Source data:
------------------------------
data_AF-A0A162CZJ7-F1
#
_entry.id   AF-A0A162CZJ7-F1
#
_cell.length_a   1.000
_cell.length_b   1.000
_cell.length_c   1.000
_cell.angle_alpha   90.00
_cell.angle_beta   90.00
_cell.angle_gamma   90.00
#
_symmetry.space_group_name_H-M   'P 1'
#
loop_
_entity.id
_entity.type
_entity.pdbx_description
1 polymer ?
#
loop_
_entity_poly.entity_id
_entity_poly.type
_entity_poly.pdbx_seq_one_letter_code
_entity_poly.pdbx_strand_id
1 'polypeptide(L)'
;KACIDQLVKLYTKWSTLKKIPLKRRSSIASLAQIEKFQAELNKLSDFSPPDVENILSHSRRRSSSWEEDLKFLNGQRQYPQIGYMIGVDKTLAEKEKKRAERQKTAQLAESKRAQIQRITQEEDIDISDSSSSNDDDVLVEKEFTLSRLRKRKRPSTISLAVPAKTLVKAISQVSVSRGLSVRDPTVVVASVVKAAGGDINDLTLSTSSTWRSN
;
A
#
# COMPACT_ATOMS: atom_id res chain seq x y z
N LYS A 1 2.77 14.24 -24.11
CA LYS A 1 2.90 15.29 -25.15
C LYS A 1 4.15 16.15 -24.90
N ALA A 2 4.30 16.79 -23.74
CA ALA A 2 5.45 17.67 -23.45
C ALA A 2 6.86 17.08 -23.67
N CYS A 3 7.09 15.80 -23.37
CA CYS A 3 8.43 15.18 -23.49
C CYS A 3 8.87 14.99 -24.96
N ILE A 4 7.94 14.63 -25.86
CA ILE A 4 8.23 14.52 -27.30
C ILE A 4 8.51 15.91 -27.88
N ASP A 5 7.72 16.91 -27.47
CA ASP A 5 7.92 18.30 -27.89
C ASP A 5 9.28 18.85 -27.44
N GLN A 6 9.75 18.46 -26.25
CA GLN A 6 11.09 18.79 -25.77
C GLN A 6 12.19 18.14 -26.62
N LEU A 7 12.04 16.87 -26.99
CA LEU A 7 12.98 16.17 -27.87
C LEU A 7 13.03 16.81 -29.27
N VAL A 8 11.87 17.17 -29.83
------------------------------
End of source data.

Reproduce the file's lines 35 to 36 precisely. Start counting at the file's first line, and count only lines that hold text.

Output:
CA ALA A 2 5.45 17.67 -23.45
C ALA A 2 6.86 17.08 -23.67